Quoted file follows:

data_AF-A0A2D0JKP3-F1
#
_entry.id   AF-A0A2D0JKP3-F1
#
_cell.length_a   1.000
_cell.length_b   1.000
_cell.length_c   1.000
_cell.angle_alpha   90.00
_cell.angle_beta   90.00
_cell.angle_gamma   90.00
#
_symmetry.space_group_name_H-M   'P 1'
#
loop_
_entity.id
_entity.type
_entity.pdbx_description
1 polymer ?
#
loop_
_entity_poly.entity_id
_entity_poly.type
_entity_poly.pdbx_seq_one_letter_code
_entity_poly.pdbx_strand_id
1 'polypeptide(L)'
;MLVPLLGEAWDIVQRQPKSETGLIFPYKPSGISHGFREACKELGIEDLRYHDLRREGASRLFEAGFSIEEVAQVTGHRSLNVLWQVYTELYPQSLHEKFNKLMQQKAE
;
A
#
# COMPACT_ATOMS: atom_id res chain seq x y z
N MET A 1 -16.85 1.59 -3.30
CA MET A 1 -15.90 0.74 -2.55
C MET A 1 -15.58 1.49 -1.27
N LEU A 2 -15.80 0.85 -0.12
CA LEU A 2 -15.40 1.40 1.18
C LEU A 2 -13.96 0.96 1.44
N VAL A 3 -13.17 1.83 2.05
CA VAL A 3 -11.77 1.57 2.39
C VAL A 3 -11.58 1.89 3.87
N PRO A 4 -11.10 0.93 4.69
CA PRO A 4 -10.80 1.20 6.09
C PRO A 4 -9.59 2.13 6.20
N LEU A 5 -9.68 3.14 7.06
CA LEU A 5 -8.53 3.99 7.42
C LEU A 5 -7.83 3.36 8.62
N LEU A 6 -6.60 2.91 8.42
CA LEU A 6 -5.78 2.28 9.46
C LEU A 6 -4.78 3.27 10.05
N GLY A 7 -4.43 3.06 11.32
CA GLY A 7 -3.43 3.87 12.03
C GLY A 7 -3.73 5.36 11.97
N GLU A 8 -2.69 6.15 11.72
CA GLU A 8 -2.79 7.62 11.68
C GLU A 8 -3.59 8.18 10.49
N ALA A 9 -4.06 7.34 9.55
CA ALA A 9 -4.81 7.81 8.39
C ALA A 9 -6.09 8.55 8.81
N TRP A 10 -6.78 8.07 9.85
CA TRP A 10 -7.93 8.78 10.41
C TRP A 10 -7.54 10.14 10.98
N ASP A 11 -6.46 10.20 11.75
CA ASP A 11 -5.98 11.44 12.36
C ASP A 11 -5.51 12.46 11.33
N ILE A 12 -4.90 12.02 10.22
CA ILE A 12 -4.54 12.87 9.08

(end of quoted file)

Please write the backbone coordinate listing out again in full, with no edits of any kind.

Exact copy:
data_AF-A0A2D0JKP3-F1
#
_entry.id   AF-A0A2D0JKP3-F1
#
_cell.length_a   1.000
_cell.length_b   1.000
_cell.length_c   1.000
_cell.angle_alpha   90.00
_cell.angle_beta   90.00
_cell.angle_gamma   90.00
#
_symmetry.space_group_name_H-M   'P 1'
#
loop_
_entity.id
_entity.type
_entity.pdbx_description
1 polymer ?
#
loop_
_entity_poly.entity_id
_entity_poly.type
_entity_poly.pdbx_seq_one_letter_code
_entity_poly.pdbx_strand_id
1 'polypeptide(L)'
;MLVPLLGEAWDIVQRQPKSETGLIFPYKPSGISHGFREACKELGIEDLRYHDLRREGASRLFEAGFSIEEVAQVTGHRSLNVLWQVYTELYPQSLHEKFNKLMQQKAE
;
A
#
# COMPACT_ATOMS: atom_id res chain seq x y z
N MET A 1 -16.85 1.59 -3.30
CA MET A 1 -15.90 0.74 -2.55
C MET A 1 -15.58 1.49 -1.27
N LEU A 2 -15.80 0.85 -0.12
CA LEU A 2 -15.40 1.40 1.18
C LEU A 2 -13.96 0.96 1.44
N VAL A 3 -13.17 1.83 2.05
CA VAL A 3 -11.77 1.57 2.39
C VAL A 3 -11.58 1.89 3.87
N PRO A 4 -11.10 0.93 4.69
CA PRO A 4 -10.80 1.20 6.09
C PRO A 4 -9.59 2.13 6.20
N LEU A 5 -9.68 3.14 7.06
CA LEU A 5 -8.53 3.99 7.42
C LEU A 5 -7.83 3.36 8.62
N LEU A 6 -6.60 2.91 8.42
CA LEU A 6 -5.78 2.28 9.46
C LEU A 6 -4.78 3.27 10.05
N GLY A 7 -4.43 3.06 11.32
CA GLY A 7 -3.43 3.87 12.03
C GLY A 7 -3.73 5.36 11.97
N GLU A 8 -2.69 6.15 11.72
CA GLU A 8 -2.79 7.62 11.68
C GLU A 8 -3.59 8.18 10.49
N ALA A 9 -4.06 7.34 9.55
CA ALA A 9 -4.81 7.81 8.39
C ALA A 9 -6.09 8.55 8.81
N TRP A 10 -6.78 8.07 9.85
CA TRP A 10 -7.93 8.78 10.41
C TRP A 10 -7.54 10.14 10.98
N ASP A 11 -6.46 10.20 11.75
CA ASP A 11 -5.98 11.44 12.36
C ASP A 11 -5.51 12.46 11.33
N ILE A 12 -4.90 12.02 10.22
CA ILE A 12 -4.54 12.87 9.08